The difference between an emergency and an adventure can often be preparedness. Small actions—such as adding one item to your preparedness kit each month—can increase your preparedness and improve your safety during unexpected events.Tricia Zahn, MPH, senior director for Population Heath at Cheshire Medical Center
Do you enjoy solving problems? Do you enjoy helping others? Preparedness is a way to do both from the comfort and familiarity of your own home. Being prepared for unexpected events is a great way to solve future problems. If you have what you need to be safe in a power outage, for example, you then have the opportunity to help others.
“The difference between an emergency and an adventure can often be preparedness,” said Tricia Zahn, MPH, senior director for Population Heath at Cheshire Medical Center. “Small actions—such as adding one item to your preparedness kit each month—can increase your preparedness and improve your safety during unexpected events.”
Start your preparedness kit today
Creating a preparedness kit is an example of an action everyone can take today to improve their ability to shelter in place (remain in your home if needed during an emergency). For example, if your driveway is washed out, do you have what you need for a couple of days? Do you have enough water for everyone in your household for at least three days? One gallon per person per day is the recommended amount, and don’t forget about pets too. Do you have flashlights and batteries ready in case of a power outage?
For rural communities with occasional disastrous weather, having and/or reviewing your emergency kit can be a literal life-saver. Make a commitment this month to start or refresh your preparedness kit — then follow each month by adding one item.
Remember, you don’t need to check every box on this list or spend a fortune to be prepared! Most emergency kits are filled with extra items you already have in your home.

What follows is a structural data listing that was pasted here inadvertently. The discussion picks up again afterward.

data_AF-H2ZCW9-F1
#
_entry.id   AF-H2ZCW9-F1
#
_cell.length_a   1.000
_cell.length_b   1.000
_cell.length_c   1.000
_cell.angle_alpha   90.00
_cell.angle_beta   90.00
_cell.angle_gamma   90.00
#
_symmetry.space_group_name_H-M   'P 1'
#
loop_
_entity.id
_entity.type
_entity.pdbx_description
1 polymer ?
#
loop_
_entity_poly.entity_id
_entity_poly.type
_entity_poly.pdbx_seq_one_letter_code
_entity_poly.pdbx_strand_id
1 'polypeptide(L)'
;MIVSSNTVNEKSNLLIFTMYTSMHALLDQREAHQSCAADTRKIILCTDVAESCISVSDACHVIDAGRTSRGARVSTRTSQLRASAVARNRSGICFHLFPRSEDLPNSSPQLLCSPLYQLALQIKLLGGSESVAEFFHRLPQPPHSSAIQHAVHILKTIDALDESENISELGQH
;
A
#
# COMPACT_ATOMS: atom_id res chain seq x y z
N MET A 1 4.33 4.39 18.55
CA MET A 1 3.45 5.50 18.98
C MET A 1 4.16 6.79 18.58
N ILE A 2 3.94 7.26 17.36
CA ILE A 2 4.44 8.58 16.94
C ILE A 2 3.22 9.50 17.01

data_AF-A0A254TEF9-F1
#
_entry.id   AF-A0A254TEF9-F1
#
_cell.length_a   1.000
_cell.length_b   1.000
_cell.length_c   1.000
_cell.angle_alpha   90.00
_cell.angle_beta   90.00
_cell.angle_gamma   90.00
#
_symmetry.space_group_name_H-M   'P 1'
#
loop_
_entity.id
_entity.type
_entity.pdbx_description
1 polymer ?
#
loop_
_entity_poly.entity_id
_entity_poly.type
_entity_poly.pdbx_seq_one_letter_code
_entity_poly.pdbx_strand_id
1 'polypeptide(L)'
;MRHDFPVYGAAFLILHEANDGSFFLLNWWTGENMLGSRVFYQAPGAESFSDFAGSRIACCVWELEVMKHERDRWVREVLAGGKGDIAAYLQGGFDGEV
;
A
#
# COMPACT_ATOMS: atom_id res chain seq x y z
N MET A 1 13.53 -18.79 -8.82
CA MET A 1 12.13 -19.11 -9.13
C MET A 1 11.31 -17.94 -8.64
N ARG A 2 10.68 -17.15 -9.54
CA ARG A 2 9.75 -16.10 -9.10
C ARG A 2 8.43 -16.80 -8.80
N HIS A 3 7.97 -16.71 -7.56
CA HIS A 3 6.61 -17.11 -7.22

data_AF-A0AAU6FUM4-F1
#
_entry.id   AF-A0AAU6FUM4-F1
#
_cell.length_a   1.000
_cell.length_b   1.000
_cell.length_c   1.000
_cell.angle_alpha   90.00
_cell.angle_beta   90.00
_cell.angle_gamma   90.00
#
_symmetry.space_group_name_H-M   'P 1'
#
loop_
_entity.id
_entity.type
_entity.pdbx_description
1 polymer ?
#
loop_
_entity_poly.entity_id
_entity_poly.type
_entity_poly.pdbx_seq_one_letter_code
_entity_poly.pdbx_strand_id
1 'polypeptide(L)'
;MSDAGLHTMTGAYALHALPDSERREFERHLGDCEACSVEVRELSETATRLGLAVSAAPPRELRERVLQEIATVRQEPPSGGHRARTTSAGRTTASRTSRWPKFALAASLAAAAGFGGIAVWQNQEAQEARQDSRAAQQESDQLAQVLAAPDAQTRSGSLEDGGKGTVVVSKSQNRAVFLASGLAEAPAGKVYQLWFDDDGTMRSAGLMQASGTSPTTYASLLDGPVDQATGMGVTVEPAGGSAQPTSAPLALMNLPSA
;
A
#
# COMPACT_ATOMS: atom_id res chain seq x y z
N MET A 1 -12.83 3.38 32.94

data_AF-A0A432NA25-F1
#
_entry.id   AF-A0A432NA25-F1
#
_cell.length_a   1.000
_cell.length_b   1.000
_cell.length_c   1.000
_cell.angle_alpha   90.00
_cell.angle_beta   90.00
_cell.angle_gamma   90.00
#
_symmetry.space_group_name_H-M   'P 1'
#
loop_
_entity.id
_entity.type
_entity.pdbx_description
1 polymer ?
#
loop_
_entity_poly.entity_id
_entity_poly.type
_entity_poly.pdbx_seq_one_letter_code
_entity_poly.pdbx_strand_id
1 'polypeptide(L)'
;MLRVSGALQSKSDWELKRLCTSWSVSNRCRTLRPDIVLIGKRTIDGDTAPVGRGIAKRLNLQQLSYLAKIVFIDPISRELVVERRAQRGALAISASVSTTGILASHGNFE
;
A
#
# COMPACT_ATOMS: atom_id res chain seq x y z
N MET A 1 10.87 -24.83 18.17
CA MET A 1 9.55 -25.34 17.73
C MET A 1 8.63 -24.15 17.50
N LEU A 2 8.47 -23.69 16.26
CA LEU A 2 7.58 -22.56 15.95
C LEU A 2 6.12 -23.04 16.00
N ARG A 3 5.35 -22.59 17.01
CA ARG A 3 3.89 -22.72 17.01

- Important documents
- Hand-crank radio
- Phone charger(s)
- Pencil and paper
Clothes and blankets
- Warm blankets
- Seasonal clothes
- Socks and footwear
- Rubber gloves
- Gauze and Band-aids
- N-95 mask
- Ice packs
- Lighter and matches
- Extra batteries
- Duct tape
- Swiss army knife
Prescriptions and toiletries
- All prescription medications
- Three rolls of toilet paper
- Hand sanitizer
Attend or host a preparedness training
Are you interested in a preparedness training to learn more about ways to help yourself and others prepare for unexpected events? Visit our Community Education webpage to check for future offerings. If you have a group you would like to schedule a training for, please reach out to Kerry Kelley at firstname.lastname@example.org to schedule a training at your convenience.
Are you interested in learning more about ways to stay connected and help others? Consider joining our regional Greater Monadnock Medical Reserve Corps (GMMRC). The GMMRC is a regional group of volunteers, both medical and non-medical, that train together to be prepared to help others during public health emergencies. Our volunteers also gather to connect and learn new information such as Hands Only CPR and Disaster Animal Response Team skills.
To learn more, or to volunteer with the GMMRC, reach out to Kerry Kelley at email@example.com.